Speaking to FoodNavigator-USA after striking a $286m deal to sell his Boulder-based business to Hormel 14 years after he first started experimenting in his kitchen with nuts and a food processor, Gold said Justin’s had built a solid presence in natural and conventional grocery.
However, it had barely scratched the surface when it came to capitalizing on opportunities in club, foodservice, convenience stores and international markets, he said.
There are a whole lot of channels - and countries - that Hormel could certainly help us navigate through,
While he had not been actively seeking a sale, several potential suitors had wooed him over the years, revealed Gold: “The time just felt right, for this company to continue to grow the way it has been we needed additional resources, for everything really, from creating safe high quality reliable products, to sourcing raw materials, expanding our distribution, and learning best in class strategies in marketing and HR.
“It was fun for me to be in a position to be able to pick the one [suitor] that was the best suited for our company.”
Hormel was the best fit for three reasons, said Gold, who quizzed executives at several companies Hormel has acquired over the years including Applegate and CytoSport to see if Hormel had kept its promise to run them at arm’s length, and had been encouraged by their feedback.
“Number one: They get nut butter and that’s our core competency; number two: They believe in our mission and they want Justin’s to continue being Justin’s, and number three: They want us to have our independence and with Applegate and CytoSport they have done what they said they were going to do.”
Justin's CEO Peter Burns: "There are a whole lot of channels - and countries - that Hormel can help us navigate through, so this is incredibly exciting for us."
Our #1 product is in fewer than 40% of grocery stores
Peter Burns, who was hired by Gold in 2014 as Justin's new president and CEO, added: “There are more places where we aren’t than where we are. Our #1 product is in fewer than 40% of grocery stores and we have limited distribution in club, we have no real international business [Justin’s sells peanut butter cups in Starbucks in Canada but is not yet in major grocery retailers there], no convenience stores business, limited foodservice…
“There are a whole lot of channels - and countries - that Hormel could certainly help us navigate through, so this is incredibly exciting for us. We’ll be in Canada in conventional grocery in three to six months.”
Justin's classic almond butter is made from dry roasted almonds and palm fruit oil. The latter was chosen because it has less saturated fat than coconut oil or palm kernel oil, and because it "minimizes oil separation, which many consumers prefer," says the Boulder-based company.
Strong double-digit growth
As for sales growth, added Burns, Justin’s is still growing very fast, despite the fact it is no longer a new player on the nut butter scene: “We are generating strong double digit growth.
"It’s coming mostly from retailers taking more of our products, so adding cups and snack packs as well as spreads and squeeze packs, but we are also entering new channels, we are in airports, and there are some preliminary things going on in club stores too.”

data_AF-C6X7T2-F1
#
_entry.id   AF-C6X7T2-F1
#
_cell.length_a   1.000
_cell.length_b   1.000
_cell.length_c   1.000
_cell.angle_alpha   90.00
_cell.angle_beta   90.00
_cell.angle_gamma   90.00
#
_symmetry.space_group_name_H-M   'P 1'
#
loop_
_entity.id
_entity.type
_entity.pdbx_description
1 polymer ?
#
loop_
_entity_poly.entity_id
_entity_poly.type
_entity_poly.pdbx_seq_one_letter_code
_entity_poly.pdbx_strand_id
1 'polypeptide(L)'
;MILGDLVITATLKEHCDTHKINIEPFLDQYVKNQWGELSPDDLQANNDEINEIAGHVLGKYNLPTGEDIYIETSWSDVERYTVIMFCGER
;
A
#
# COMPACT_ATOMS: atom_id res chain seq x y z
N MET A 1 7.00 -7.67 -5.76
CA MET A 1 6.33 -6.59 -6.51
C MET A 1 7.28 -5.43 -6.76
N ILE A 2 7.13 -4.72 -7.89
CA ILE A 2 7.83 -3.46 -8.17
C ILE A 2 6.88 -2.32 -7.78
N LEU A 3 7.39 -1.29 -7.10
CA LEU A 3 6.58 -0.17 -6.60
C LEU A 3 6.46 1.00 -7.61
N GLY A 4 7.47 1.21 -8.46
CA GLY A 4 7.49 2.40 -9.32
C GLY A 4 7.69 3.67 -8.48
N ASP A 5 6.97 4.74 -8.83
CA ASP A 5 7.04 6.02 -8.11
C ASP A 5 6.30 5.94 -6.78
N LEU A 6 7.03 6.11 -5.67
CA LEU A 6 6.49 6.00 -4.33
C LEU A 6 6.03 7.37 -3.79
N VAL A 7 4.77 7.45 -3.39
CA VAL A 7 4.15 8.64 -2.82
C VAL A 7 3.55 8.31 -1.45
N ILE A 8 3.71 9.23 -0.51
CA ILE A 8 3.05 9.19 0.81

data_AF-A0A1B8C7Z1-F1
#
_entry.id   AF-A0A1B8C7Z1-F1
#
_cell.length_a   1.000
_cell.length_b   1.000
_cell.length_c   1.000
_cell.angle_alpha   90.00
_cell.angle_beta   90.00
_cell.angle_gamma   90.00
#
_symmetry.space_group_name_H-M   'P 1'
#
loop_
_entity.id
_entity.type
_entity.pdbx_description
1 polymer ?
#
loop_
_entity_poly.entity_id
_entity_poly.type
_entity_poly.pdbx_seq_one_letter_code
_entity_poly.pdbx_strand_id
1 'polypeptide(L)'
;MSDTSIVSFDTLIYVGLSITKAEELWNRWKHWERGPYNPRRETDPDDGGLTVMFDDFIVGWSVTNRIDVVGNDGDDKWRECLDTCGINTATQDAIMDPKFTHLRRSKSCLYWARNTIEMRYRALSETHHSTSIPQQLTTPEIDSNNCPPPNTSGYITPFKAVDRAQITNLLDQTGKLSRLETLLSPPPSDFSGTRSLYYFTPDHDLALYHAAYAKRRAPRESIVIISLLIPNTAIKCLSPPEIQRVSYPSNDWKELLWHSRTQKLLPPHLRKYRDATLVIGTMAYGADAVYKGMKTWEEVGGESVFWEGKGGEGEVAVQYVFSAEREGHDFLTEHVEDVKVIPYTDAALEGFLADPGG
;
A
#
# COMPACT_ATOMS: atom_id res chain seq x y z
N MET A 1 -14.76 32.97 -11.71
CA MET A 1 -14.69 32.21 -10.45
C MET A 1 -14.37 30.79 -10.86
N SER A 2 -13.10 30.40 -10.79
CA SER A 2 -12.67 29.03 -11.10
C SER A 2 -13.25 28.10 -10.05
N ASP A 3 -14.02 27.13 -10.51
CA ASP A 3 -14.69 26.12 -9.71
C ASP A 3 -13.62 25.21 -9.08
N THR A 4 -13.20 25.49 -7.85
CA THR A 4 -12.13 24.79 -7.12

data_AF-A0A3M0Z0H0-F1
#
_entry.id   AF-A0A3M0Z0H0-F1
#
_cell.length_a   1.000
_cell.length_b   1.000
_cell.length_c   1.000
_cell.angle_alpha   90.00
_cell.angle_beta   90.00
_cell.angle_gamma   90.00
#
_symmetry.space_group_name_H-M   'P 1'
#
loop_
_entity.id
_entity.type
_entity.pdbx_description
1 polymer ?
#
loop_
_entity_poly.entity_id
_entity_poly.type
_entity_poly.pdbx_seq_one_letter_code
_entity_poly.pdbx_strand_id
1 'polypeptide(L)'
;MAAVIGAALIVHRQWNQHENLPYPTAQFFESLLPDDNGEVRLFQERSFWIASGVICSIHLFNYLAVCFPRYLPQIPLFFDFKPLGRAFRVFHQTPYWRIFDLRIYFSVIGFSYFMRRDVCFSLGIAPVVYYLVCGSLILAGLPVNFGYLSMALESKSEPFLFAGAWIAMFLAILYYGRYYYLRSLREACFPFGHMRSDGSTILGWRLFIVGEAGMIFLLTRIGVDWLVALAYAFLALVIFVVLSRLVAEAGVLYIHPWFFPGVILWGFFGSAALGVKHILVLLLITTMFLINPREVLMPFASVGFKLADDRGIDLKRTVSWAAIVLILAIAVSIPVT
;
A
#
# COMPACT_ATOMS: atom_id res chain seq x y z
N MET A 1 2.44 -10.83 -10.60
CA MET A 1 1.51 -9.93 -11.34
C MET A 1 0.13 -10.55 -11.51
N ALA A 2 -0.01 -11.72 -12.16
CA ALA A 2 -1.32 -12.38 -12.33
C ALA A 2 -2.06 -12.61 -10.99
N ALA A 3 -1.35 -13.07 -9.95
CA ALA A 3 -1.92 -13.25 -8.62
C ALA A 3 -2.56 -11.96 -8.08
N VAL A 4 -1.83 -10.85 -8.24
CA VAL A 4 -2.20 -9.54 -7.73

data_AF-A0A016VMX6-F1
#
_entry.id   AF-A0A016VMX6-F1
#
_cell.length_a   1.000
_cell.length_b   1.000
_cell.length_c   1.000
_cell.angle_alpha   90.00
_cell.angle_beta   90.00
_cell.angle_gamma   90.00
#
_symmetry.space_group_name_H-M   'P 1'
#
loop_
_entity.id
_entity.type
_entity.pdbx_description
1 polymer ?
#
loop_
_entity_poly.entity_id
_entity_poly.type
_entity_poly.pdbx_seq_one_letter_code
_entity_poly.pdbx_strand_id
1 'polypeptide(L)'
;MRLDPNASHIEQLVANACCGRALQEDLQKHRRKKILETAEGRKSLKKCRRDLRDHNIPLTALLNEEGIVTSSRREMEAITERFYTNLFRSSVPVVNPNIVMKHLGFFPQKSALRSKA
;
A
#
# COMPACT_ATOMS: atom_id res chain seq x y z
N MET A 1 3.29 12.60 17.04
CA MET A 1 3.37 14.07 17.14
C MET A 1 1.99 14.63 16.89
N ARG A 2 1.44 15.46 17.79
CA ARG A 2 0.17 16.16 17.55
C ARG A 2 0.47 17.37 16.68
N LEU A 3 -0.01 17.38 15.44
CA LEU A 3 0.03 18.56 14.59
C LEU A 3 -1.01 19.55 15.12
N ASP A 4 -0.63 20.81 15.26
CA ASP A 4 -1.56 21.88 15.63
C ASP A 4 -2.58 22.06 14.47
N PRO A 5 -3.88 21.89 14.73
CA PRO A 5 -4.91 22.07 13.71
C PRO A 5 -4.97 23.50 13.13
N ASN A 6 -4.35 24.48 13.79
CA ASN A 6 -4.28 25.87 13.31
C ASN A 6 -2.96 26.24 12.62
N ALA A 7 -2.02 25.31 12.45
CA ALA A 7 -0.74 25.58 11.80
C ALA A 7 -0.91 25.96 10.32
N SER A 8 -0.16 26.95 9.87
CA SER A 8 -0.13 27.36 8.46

As for new products and packaging formats, Gold had a ton of ideas in the pipeline, said Burns, who was formerly president of Celestial Seasonings, “But there is so much we can do with our core business first. The three categories in which we compete represent about $40bn of business and we are just getting our feet wet in some of them. Justin is not short of ideas, but those will come [to market] as we fill out the core business portfolio.”
Hormel buys a lot more peanuts than we do
While Hormel doesn’t have a presence in the almond butter category, as the owner of the Skippy peanut butter brand, its buying power would help Justin’s secure a better price on peanuts for its classic and honey peanut butter lines, said Burns. “We’ll obviously get some assistance there as they buy a lot more peanuts than we do!”
So how much has the nut butter category changed since Justin's arrived on the scene in 2004?
A lot, said Gold, whose big breakthrough came when he put his nut butters into portion-controlled squeeze packs, and sales went through the roof.
“Retailers are dedicating more space to nut butter over sugary spreads, there’s a lot more regional brands, a lot of fortification, and now a lot of other brands delivering on the go nut butters. I feel like we opened the door to a lot of younger smaller brands and I’m very proud of that.”
We’re going to stay in Boulder
As for the inevitable questions about selling out to ‘big food’, Gold said that acquisitive large CPG brands such as Hormel now recognize that their best bet is to be leave their sexier bedfellows well alone, but give them the resources they need to carry on doing what they are doing more rapidly, rather than swallowing them under the corporate umbrella.
And while some die-hard fans expressed their displeasure about the deal on twitter and facebook, the overwhelming reaction has been positive, said Gold, who announced the sale to followers via a video on social media as the announcement was hitting the wires.
“The overall reaction has been incredibly positive. We’re going to stay in Boulder, I’m not going anywhere, and the resources we get from Hormel will only make things better for us.”
"We know that it [Justin's] attracts a younger, more health conscious on-the-go millennial consumer... Justin’s enhances our scale in the nut butter category complementing our Skippy brand positioning very nicely. The Justin’s brand gives us a great platform in natural and organic specialty nut butter spreads, the fastest growing portion of the nut butter category."
Jim Snee, president and chief operating officer, Hormel Foods
Read more about the deal HERE.